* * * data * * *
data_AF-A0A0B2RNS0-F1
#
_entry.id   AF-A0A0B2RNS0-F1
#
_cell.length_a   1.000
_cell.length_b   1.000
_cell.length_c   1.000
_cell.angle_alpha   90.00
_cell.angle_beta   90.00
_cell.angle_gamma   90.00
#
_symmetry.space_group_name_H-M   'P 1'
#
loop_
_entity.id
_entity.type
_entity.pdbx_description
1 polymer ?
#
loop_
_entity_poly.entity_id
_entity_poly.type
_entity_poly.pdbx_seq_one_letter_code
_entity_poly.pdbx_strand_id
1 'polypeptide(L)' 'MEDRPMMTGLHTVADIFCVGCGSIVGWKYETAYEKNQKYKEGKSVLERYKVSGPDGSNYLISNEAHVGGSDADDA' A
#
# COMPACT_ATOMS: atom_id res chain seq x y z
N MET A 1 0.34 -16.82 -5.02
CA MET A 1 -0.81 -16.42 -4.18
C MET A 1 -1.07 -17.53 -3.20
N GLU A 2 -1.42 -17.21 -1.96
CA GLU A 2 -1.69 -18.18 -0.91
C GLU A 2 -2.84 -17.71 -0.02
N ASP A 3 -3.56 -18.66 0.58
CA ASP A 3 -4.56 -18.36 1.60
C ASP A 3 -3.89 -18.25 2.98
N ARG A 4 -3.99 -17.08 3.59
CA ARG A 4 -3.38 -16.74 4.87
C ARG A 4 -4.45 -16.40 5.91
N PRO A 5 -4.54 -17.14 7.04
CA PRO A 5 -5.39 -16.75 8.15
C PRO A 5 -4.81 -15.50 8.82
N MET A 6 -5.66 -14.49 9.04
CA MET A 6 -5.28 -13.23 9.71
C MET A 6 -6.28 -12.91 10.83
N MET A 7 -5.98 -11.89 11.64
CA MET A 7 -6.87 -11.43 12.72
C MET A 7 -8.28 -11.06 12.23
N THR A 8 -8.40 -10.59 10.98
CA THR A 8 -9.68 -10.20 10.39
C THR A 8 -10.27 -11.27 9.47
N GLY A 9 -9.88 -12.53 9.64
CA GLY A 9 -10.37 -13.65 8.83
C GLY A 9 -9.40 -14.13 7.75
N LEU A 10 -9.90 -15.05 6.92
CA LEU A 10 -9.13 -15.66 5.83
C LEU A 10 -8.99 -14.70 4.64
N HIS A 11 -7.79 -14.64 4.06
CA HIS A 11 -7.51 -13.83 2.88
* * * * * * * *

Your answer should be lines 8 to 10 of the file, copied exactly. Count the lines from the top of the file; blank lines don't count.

_cell.angle_alpha   90.00
_cell.angle_beta   90.00
_cell.angle_gamma   90.00